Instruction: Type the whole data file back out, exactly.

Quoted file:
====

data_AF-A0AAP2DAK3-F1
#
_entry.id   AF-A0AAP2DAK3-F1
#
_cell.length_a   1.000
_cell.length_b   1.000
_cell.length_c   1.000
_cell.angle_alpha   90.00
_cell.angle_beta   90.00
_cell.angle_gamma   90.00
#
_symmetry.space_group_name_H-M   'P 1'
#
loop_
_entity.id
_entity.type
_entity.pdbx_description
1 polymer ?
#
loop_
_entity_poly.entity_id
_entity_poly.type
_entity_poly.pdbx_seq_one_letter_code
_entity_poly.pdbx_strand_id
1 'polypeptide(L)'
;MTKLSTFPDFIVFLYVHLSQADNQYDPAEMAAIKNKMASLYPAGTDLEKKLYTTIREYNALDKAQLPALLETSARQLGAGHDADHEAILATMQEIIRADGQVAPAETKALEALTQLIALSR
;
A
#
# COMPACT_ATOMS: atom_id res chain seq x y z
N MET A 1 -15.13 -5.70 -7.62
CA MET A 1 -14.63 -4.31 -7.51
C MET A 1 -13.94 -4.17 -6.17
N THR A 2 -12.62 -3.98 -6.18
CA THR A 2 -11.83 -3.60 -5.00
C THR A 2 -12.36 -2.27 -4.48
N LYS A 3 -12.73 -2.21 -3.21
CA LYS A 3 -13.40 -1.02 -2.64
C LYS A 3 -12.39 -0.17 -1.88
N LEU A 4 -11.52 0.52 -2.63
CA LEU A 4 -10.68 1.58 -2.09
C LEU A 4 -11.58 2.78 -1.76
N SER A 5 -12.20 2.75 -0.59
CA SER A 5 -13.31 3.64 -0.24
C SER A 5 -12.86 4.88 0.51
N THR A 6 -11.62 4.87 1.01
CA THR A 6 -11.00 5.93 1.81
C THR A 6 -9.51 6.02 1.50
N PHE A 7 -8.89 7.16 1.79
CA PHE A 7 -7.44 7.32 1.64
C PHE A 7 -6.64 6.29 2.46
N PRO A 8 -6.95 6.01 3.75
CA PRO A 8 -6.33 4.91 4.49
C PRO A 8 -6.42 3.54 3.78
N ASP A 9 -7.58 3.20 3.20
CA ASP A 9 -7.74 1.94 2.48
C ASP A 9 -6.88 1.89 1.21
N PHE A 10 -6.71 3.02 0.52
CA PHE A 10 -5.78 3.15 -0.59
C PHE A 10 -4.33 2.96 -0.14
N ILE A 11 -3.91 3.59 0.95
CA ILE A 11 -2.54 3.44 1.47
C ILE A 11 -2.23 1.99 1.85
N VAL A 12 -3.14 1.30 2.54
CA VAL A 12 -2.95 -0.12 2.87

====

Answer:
data_AF-A0AAP2DAK3-F1
#
_entry.id   AF-A0AAP2DAK3-F1
#
_cell.length_a   1.000
_cell.length_b   1.000
_cell.length_c   1.000
_cell.angle_alpha   90.00
_cell.angle_beta   90.00
_cell.angle_gamma   90.00
#
_symmetry.space_group_name_H-M   'P 1'
#
loop_
_entity.id
_entity.type
_entity.pdbx_description
1 polymer ?
#
loop_
_entity_poly.entity_id
_entity_poly.type
_entity_poly.pdbx_seq_one_letter_code
_entity_poly.pdbx_strand_id
1 'polypeptide(L)'
;MTKLSTFPDFIVFLYVHLSQADNQYDPAEMAAIKNKMASLYPAGTDLEKKLYTTIREYNALDKAQLPALLETSARQLGAGHDADHEAILATMQEIIRADGQVAPAETKALEALTQLIALSR
;
A
#
# COMPACT_ATOMS: atom_id res chain seq x y z
N MET A 1 -15.13 -5.70 -7.62
CA MET A 1 -14.63 -4.31 -7.51
C MET A 1 -13.94 -4.17 -6.17
N THR A 2 -12.62 -3.98 -6.18
CA THR A 2 -11.83 -3.60 -5.00
C THR A 2 -12.36 -2.27 -4.48
N LYS A 3 -12.73 -2.21 -3.21
CA LYS A 3 -13.40 -1.02 -2.64
C LYS A 3 -12.39 -0.17 -1.88
N LEU A 4 -11.52 0.52 -2.63
CA LEU A 4 -10.68 1.58 -2.09
C LEU A 4 -11.58 2.78 -1.76
N SER A 5 -12.20 2.75 -0.59
CA SER A 5 -13.31 3.64 -0.24
C SER A 5 -12.86 4.88 0.51
N THR A 6 -11.62 4.87 1.01
CA THR A 6 -11.00 5.93 1.81
C THR A 6 -9.51 6.02 1.50
N PHE A 7 -8.89 7.16 1.79
CA PHE A 7 -7.44 7.32 1.64
C PHE A 7 -6.64 6.29 2.46
N PRO A 8 -6.95 6.01 3.75
CA PRO A 8 -6.33 4.91 4.49
C PRO A 8 -6.42 3.54 3.78
N ASP A 9 -7.58 3.20 3.20
CA ASP A 9 -7.74 1.94 2.48
C ASP A 9 -6.88 1.89 1.21
N PHE A 10 -6.71 3.02 0.52
CA PHE A 10 -5.78 3.15 -0.59
C PHE A 10 -4.33 2.96 -0.14
N ILE A 11 -3.91 3.59 0.95
CA ILE A 11 -2.54 3.44 1.47
C ILE A 11 -2.23 1.99 1.85
N VAL A 12 -3.14 1.30 2.54
CA VAL A 12 -2.95 -0.12 2.87